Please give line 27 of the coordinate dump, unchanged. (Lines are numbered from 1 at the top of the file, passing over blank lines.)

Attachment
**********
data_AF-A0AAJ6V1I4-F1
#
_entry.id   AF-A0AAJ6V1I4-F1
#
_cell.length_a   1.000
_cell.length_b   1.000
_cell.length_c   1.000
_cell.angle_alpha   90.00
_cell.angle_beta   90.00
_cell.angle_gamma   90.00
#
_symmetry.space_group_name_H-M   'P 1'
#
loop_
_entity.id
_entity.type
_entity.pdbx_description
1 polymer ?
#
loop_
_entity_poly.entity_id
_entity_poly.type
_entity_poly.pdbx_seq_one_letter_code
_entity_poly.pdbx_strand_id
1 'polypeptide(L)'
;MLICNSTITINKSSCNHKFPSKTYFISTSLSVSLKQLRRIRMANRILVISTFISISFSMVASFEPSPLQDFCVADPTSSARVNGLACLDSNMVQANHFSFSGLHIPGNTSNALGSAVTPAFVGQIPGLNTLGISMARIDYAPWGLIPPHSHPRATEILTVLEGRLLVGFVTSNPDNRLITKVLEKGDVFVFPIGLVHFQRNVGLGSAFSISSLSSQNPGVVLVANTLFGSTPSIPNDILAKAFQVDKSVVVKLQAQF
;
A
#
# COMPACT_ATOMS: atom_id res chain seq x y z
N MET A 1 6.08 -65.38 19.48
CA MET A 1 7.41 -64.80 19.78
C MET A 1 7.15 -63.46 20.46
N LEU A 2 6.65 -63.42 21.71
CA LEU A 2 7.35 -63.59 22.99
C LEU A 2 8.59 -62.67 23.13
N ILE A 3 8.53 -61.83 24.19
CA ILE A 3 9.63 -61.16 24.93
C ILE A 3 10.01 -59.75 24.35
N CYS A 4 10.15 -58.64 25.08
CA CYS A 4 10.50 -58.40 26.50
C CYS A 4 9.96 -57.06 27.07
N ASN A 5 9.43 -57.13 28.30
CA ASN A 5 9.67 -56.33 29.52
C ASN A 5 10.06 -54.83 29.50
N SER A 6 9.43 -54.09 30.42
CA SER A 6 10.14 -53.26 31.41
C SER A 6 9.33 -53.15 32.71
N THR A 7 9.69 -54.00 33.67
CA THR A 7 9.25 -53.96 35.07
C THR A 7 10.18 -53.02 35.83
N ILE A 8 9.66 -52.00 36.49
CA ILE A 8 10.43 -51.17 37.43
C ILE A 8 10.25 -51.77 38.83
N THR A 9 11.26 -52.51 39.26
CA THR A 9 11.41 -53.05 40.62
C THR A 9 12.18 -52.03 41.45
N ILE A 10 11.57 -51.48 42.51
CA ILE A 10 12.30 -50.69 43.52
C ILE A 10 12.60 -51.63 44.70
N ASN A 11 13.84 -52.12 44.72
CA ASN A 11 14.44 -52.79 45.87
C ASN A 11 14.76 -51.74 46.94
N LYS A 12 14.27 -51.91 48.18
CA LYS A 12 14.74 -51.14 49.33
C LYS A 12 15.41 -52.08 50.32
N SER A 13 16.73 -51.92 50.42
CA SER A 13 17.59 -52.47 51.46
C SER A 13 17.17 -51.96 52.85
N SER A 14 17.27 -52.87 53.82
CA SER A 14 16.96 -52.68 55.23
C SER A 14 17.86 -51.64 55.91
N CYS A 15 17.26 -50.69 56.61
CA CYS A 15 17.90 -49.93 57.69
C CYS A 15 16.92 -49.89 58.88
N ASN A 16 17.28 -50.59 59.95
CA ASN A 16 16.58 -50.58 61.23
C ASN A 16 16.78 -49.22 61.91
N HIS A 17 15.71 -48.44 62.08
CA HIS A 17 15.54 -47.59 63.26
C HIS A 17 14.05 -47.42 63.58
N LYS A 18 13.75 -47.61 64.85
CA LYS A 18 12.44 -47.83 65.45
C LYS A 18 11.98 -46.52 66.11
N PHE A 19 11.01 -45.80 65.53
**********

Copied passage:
;